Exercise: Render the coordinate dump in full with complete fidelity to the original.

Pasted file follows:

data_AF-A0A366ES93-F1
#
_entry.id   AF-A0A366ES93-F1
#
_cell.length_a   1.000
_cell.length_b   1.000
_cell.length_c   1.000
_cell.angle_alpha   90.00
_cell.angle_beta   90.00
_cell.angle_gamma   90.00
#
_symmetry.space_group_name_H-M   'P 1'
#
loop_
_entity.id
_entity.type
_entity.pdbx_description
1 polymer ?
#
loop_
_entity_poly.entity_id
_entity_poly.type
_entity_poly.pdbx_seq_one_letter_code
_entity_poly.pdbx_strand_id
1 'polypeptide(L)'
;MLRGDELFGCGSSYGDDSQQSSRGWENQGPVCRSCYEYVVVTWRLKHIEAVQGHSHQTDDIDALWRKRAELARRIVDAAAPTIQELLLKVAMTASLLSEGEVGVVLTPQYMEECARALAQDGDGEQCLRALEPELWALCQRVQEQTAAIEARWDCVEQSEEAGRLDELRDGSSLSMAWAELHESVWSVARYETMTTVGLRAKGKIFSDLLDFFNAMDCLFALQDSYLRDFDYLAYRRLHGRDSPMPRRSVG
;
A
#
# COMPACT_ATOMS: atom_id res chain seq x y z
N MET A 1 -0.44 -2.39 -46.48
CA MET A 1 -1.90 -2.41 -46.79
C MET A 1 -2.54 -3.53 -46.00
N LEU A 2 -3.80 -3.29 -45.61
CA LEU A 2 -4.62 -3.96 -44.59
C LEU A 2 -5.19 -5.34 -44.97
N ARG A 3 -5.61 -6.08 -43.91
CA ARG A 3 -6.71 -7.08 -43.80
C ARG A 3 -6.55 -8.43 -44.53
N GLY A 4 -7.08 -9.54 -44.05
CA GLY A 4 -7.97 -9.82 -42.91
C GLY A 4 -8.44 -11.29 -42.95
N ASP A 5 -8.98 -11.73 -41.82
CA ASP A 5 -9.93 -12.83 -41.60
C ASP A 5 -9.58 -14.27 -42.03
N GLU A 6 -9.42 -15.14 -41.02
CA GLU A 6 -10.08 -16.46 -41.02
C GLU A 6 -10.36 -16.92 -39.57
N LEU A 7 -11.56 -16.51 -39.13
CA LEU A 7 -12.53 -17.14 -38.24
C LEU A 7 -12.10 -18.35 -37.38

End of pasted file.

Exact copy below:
data_AF-A0A366ES93-F1
#
_entry.id   AF-A0A366ES93-F1
#
_cell.length_a   1.000
_cell.length_b   1.000
_cell.length_c   1.000
_cell.angle_alpha   90.00
_cell.angle_beta   90.00
_cell.angle_gamma   90.00
#
_symmetry.space_group_name_H-M   'P 1'
#
loop_
_entity.id
_entity.type
_entity.pdbx_description
1 polymer ?
#
loop_
_entity_poly.entity_id
_entity_poly.type
_entity_poly.pdbx_seq_one_letter_code
_entity_poly.pdbx_strand_id
1 'polypeptide(L)'
;MLRGDELFGCGSSYGDDSQQSSRGWENQGPVCRSCYEYVVVTWRLKHIEAVQGHSHQTDDIDALWRKRAELARRIVDAAAPTIQELLLKVAMTASLLSEGEVGVVLTPQYMEECARALAQDGDGEQCLRALEPELWALCQRVQEQTAAIEARWDCVEQSEEAGRLDELRDGSSLSMAWAELHESVWSVARYETMTTVGLRAKGKIFSDLLDFFNAMDCLFALQDSYLRDFDYLAYRRLHGRDSPMPRRSVG
;
A
#
# COMPACT_ATOMS: atom_id res chain seq x y z
N MET A 1 -0.44 -2.39 -46.48
CA MET A 1 -1.90 -2.41 -46.79
C MET A 1 -2.54 -3.53 -46.00
N LEU A 2 -3.80 -3.29 -45.61
CA LEU A 2 -4.62 -3.96 -44.59
C LEU A 2 -5.19 -5.34 -44.97
N ARG A 3 -5.61 -6.08 -43.91
CA ARG A 3 -6.71 -7.08 -43.80
C ARG A 3 -6.55 -8.43 -44.53
N GLY A 4 -7.08 -9.54 -44.05
CA GLY A 4 -7.97 -9.82 -42.91
C GLY A 4 -8.44 -11.29 -42.95
N ASP A 5 -8.98 -11.73 -41.82
CA ASP A 5 -9.93 -12.83 -41.60
C ASP A 5 -9.58 -14.27 -42.03
N GLU A 6 -9.42 -15.14 -41.02
CA GLU A 6 -10.08 -16.46 -41.02
C GLU A 6 -10.36 -16.92 -39.57
N LEU A 7 -11.56 -16.51 -39.13
CA LEU A 7 -12.53 -17.14 -38.24
C LEU A 7 -12.10 -18.35 -37.38